Lords reject Gift Aid proposal for political donations

Peer argued donations to political parties are as much in the public interest as those to charities

Peers have rejected a proposed amendment to the Political Parties and Elections Bill that would have allowed political parties to claim a version of Gift Aid on small donations made to them.

The amendment to the bill, which is at the report stage in the House of Lords, was proposed by Liberal Democrat Lord Goodhart. It would have permitted parties with at least two MPs in the House of Commons to claim the lower rate income tax paid by individual donors of up to £500 in any tax year provided the donors signed a declaration.

Goodhart said donations to political parties were as much in the public interest as donations to charities. He said tax relief would encourage small donations to parties and prevent them relying on large gifts. "That is a travesty of democracy and enables rich donors to have far too much control over party policy," he said. Legacies to political parties were already exempt from inheritance tax, he noted.

Labour peer Lord Campbell-Savours also supported the bill, but proposed an annual donation ceiling of just £15. "Many charities are engaged almost in political activity for which they get tax relief, but those who are primarily involved in the activity and want to support it get no tax relief at all," he said.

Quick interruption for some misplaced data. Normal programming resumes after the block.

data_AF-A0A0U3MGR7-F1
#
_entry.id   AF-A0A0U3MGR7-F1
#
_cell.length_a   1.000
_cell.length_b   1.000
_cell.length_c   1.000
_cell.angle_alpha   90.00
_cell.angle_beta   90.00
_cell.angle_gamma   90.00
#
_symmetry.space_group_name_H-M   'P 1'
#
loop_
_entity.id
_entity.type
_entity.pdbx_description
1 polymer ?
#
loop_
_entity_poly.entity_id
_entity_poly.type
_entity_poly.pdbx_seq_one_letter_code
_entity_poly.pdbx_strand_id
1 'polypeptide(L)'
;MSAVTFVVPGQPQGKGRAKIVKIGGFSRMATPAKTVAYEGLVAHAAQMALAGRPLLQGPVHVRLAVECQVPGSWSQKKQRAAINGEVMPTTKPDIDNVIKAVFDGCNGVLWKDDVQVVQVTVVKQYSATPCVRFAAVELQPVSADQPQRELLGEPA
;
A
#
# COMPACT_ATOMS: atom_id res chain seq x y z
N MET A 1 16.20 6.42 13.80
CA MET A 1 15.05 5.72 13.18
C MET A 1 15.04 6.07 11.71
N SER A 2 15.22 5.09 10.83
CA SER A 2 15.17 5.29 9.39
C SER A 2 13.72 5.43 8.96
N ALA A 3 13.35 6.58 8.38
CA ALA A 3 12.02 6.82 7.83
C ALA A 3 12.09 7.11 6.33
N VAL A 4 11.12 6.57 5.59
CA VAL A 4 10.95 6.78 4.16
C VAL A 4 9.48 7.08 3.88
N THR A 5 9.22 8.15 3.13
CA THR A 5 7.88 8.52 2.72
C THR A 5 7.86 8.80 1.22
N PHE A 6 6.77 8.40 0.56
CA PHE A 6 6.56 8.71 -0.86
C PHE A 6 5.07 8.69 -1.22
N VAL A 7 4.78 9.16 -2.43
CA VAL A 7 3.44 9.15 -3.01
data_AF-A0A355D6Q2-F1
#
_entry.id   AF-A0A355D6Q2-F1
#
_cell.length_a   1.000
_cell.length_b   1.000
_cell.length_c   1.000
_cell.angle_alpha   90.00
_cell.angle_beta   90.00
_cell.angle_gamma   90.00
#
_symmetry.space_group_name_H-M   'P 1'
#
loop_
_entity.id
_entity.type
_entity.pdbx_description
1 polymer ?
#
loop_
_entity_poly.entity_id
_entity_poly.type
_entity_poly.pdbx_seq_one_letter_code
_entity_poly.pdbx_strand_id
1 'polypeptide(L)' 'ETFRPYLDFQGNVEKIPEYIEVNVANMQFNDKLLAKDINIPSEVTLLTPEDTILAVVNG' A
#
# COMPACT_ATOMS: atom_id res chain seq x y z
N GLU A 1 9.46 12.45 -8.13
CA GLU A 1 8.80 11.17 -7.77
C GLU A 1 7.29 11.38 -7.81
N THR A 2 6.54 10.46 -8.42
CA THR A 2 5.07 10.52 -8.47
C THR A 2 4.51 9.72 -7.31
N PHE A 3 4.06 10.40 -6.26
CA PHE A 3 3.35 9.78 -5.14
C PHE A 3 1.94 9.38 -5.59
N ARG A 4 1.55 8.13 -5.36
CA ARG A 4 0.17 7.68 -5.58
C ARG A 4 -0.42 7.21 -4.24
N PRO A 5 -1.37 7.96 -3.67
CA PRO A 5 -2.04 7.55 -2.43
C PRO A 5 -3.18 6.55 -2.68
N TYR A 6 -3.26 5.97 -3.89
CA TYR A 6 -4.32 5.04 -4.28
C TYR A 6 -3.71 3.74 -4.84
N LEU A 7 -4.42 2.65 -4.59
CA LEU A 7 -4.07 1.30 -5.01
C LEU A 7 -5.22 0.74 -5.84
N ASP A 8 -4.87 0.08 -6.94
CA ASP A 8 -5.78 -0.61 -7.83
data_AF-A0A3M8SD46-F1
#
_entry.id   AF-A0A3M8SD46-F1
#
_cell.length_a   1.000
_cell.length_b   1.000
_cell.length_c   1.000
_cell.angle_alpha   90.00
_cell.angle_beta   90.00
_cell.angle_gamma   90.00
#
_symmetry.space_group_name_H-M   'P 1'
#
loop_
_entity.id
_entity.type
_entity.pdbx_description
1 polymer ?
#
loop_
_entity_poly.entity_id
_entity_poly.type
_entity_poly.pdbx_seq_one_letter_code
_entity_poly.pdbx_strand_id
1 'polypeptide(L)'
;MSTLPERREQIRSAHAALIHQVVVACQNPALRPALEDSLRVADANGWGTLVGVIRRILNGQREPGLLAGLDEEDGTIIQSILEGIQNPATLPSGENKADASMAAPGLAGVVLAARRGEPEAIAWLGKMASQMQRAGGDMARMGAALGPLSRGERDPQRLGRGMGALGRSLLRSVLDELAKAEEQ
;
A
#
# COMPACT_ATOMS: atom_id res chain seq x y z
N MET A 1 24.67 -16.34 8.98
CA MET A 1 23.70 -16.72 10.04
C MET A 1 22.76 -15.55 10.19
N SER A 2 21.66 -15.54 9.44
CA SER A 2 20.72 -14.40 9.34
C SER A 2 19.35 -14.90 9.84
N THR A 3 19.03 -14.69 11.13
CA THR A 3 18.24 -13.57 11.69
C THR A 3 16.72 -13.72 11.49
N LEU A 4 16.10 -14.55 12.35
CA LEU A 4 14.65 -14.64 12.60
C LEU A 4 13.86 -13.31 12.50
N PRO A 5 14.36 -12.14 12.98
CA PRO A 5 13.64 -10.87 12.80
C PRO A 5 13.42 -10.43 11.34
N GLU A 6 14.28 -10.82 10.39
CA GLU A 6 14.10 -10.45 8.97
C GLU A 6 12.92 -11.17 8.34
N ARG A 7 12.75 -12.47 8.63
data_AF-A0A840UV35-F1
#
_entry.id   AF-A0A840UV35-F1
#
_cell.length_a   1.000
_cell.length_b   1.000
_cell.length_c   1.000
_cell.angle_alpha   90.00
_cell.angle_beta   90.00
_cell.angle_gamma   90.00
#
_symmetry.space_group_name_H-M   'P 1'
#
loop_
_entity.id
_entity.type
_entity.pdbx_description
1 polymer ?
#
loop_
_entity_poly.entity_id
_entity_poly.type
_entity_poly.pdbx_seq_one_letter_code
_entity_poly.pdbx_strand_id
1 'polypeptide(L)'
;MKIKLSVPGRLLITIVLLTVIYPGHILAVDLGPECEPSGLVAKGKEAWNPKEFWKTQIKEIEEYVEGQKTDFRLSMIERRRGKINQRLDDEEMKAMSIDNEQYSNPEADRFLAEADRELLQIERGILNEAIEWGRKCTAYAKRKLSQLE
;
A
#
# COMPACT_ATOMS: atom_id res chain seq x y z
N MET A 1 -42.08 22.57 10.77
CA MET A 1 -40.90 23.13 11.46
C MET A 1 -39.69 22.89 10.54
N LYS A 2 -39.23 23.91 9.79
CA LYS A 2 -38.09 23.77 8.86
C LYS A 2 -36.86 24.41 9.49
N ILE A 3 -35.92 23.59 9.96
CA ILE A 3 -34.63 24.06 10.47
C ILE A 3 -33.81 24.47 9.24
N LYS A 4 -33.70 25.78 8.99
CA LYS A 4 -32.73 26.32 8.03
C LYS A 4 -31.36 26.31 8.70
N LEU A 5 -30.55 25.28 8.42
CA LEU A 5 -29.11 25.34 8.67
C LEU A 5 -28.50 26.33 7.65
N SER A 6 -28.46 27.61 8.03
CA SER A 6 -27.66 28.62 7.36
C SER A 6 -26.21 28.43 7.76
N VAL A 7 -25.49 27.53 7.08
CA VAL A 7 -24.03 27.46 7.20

But Government spokesman Lord Tunnicliffe said there was no public appetite for tax relief on political donations at a time when politicians were held in such low esteem, even though estimates suggested the move would cost the Treasury only up to £5m.

He said relief would put political parties on an equal footing with charities, even though there was a clear difference between political campaigning by parties and by charities "in the context of supporting the delivery of their charitable purpose.

"There is a more or less universal consensus in the United Kingdom that charities are special. Sadly, the public do not hold political parties in the same regard and respect as they do the generality of charities."

The amendment was defeated by 129 votes to 83.

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